It all starts the night before with checking my film supplies, laying out lots of extra layers of clothing, checking batteries, hand warmers, and most importantly setting the coffee maker timer to start brewing at 3:00 AM. I had been following the weather patterns for over a week and this appeared to be the only clear day in the immediate future so if I over slept, there would be no re-shoot for quite some time. This is why coffee was so important. I find that having the aroma of coffee emanating from my kitchen, I’m much more likely to get out of bed in a timely fashion. I call this an “Alpine Coffee Start”.
The wake-up went as well as can be expected with a 3:00AM alarm. I woke, embraced my favorite mug full of heavenly Java roasted by the good people at Strictly Organic Coffee right here in Bend and checked the weather. Yikes, it was Zero degrees at the base of Mount Bachelor where I’d start snowshoeing up Tumalo Mountain. I fought the urge to hop back in bed and drove to Dutchman’s Flat and started my climb. I knew it was cold when I climbed with all my layers, a fourty pound camera pack through 25 inches of cold,dry,fresh powder up hill and still couldn’t get warm until I put on my Down Jacket which is usually held in reserve until I stop climbing and start getting cold. I also activated three different handwarmers which were almost as pleasant as my coffee from 20 minutes before. I huffed and puffed and eventually sweated, perhaps cursed and kept climbing until the snow on the trees got better, making for an eye catching foreground. Luckily I’d given myself 90 minutes to climb and scout a location and set up my first shot of the day. It took every one of those 90 minutes to find my first and only photo location of the day which is not too bad for an 87 year old man in those difficult and frigid climbing conditions. The embarrassment lies in the fact that I’m not 87 years old! Below is probably my favorite composition from that morning on Tumalo Mountain.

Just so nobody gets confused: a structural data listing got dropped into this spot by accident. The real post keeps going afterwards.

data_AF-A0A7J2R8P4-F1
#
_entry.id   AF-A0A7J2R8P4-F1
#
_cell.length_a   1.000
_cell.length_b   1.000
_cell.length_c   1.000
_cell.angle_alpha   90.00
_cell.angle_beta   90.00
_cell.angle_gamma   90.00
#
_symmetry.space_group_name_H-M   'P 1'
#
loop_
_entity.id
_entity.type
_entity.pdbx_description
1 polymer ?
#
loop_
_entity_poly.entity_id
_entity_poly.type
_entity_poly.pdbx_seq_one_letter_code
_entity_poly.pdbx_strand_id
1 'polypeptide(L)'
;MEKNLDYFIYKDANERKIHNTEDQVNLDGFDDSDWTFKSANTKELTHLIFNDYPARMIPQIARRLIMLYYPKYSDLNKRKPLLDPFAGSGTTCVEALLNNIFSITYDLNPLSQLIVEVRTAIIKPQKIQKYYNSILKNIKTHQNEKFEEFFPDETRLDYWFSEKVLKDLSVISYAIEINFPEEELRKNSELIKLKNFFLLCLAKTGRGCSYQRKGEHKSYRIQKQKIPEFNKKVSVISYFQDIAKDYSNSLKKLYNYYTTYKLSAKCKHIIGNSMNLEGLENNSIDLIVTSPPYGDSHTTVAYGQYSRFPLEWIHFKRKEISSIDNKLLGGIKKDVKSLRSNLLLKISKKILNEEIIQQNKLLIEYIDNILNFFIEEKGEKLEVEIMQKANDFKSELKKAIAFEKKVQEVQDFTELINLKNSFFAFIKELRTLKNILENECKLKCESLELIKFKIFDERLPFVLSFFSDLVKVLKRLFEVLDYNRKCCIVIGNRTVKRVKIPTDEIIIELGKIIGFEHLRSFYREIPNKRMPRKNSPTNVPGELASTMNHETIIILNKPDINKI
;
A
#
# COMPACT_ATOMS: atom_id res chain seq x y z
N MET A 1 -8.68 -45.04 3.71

I like how the sunlight had changed to a warmer, more yellow color between the first and second images from this morning. I also prefer this second image because of how nicely the snow flocked tree frame the distant mountains but most of all I like the trees themselves. A secret of winter photography is good snow. I know this sounds obvious but it is very true. Anyone can take a winter photo but it takes work and planning or lots of luck to get a great winter photograph. Most great images need a foreground of some sort. Winter images need a winter foreground. If the snow has melted off or blown off of the trees then you lose much of the punch in any winter image. This means that your best chance of a great winter image is probably immediately after a winter storm and hopefully not too windy of a storm. It should also be at sunrise or before as the sun will quickly warm the trees and melt off the snow that helped complete the image.
Minutes after I composed and captured this landscape image a heavy cloud bank began to swirl around Tumalo Mountain and obscure my view of both Mt. Bachelor and the Three Sisters. With the clouds came a stiff, frigid wind and rime ice began forming all over my outer layers of clothing. An already cold outing developed into what my in-laws from New England would call a “Wicked -Cold” outing. I quickly snapped the following image of Broken Top in between cloud swirls and retreated down the mountain as I began loosing the feeling in both my fingers and toes.
I had hoped to capture a few photos of Mt. Bachelor that morning but it was not meant to be as the only cloud in Central Oregon was positioned between Tumalo Mountain and Mt. Bachelor, completely obscuring my view. As I descended the hand warmers brought a tingle back to my fingers but my toes continued to be lifeless bricks. At that point I vowed to get some warmer boots for snowshoeing. I made the parking lot as the first few backcountry skiers of the day were pulling into Dutchman Flat snow park. With my photo day complete, I headed home excited about the images I’d just captured and about getting the feeling back in my toes!
To view more Central Oregon Mountain Images, please visit our Stock photography Website, and check out the mountain Gallery at Pacific Crest Stock.
By Mike Putnam